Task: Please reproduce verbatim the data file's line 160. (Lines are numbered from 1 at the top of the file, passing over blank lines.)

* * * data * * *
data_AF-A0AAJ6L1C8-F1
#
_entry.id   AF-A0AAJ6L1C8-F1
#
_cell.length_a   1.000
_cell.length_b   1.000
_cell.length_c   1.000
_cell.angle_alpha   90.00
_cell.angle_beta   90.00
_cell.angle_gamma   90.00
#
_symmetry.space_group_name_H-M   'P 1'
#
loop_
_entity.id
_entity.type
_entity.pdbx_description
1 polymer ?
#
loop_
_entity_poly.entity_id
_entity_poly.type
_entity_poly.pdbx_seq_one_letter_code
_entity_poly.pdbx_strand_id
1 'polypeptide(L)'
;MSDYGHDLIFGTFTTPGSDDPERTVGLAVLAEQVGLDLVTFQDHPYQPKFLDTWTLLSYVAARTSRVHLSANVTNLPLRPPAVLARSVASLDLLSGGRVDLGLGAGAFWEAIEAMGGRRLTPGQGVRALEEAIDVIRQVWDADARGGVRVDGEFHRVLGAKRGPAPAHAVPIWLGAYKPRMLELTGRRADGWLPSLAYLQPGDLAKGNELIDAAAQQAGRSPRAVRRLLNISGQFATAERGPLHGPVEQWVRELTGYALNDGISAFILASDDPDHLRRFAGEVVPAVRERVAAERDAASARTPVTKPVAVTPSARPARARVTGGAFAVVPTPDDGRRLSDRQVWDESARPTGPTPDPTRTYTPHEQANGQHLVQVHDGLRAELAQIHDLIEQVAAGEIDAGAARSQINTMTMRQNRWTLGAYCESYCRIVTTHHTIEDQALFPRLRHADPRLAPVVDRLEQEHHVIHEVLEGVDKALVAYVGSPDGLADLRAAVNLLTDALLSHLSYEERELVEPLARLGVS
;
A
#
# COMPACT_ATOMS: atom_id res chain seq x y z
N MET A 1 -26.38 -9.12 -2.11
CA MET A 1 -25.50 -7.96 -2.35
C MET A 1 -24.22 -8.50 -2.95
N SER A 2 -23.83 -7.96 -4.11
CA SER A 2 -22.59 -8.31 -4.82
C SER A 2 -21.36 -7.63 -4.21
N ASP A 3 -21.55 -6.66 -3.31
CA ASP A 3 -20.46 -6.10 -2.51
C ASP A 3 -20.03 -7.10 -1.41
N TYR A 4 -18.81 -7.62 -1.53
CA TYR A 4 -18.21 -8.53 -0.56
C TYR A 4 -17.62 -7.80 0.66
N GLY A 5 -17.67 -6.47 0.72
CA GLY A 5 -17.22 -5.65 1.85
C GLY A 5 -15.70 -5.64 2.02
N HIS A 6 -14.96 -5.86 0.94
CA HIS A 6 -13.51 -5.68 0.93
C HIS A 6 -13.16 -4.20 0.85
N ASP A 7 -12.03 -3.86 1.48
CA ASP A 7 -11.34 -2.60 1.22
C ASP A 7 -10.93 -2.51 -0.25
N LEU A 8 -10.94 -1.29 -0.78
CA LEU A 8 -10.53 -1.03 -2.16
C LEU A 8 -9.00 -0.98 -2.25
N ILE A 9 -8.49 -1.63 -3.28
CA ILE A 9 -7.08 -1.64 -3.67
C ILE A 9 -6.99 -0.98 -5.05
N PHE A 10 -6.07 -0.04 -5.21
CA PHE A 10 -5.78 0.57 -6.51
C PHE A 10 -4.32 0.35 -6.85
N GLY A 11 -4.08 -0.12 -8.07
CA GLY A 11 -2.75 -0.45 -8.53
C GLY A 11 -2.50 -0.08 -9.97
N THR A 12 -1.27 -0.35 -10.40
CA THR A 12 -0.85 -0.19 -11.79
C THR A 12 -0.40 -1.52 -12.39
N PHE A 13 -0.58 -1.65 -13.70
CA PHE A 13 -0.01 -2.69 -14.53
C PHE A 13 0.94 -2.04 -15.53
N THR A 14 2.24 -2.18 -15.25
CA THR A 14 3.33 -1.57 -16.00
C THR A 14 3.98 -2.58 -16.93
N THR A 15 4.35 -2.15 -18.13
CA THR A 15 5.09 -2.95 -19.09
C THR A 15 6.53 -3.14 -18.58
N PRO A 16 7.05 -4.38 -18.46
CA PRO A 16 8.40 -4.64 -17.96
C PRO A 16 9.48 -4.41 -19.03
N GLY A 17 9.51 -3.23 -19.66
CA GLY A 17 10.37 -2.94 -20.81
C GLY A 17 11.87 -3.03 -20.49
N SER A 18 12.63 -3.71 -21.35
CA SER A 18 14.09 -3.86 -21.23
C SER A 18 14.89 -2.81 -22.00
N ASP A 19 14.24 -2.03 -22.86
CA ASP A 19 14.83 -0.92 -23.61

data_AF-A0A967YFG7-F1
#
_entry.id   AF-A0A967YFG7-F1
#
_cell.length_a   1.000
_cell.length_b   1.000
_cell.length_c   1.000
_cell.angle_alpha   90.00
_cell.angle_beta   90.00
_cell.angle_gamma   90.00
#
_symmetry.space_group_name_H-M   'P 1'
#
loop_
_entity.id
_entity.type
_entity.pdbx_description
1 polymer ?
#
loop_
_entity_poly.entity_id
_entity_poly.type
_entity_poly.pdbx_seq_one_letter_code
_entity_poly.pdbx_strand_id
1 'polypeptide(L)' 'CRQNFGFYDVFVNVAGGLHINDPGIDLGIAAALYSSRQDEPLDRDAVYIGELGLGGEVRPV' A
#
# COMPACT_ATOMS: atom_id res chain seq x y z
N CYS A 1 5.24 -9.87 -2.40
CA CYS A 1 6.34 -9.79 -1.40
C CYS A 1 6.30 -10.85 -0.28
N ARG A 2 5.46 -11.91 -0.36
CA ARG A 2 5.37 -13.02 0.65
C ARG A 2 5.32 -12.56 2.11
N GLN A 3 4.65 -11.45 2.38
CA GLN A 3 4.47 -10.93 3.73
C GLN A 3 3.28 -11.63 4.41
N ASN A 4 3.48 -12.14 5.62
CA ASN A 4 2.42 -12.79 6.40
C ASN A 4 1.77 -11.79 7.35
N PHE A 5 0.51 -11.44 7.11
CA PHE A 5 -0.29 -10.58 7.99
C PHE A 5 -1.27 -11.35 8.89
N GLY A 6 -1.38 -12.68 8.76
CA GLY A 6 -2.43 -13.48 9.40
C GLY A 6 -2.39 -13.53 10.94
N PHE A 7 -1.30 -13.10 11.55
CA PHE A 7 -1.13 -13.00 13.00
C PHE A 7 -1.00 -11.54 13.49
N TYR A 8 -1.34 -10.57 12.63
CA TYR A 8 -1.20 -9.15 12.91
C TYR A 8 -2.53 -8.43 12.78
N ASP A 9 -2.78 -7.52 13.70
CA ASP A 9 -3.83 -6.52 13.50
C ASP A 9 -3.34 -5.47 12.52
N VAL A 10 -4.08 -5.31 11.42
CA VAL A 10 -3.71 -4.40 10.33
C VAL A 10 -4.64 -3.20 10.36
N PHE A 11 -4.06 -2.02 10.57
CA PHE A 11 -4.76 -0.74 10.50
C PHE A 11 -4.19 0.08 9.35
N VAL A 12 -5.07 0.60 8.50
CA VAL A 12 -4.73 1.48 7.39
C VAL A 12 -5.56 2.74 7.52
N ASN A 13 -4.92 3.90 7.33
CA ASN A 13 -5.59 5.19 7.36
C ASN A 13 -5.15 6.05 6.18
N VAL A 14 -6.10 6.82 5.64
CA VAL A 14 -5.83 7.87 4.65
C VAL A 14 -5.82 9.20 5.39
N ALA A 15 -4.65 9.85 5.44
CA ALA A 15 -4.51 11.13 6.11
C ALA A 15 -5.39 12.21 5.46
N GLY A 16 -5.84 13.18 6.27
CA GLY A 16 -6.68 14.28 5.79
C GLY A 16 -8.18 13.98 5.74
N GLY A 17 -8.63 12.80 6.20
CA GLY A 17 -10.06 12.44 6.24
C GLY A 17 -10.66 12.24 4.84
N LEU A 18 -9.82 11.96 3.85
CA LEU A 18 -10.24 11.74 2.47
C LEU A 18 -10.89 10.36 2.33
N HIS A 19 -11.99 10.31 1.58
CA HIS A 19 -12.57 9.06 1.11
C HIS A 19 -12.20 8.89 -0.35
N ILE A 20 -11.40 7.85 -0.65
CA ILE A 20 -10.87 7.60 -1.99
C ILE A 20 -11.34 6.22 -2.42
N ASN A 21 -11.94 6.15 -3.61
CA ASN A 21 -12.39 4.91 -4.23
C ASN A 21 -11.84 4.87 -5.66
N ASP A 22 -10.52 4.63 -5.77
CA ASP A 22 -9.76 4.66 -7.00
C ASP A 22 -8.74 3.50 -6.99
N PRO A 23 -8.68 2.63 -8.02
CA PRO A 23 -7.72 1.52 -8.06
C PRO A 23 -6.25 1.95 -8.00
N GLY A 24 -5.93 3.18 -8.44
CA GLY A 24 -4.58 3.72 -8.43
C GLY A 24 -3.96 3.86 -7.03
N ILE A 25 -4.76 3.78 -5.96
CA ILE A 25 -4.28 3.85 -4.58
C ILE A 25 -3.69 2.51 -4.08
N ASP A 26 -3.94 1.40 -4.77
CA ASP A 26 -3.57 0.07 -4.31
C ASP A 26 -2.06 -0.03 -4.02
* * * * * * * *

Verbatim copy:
CA GLY A 16 -6.68 14.28 5.79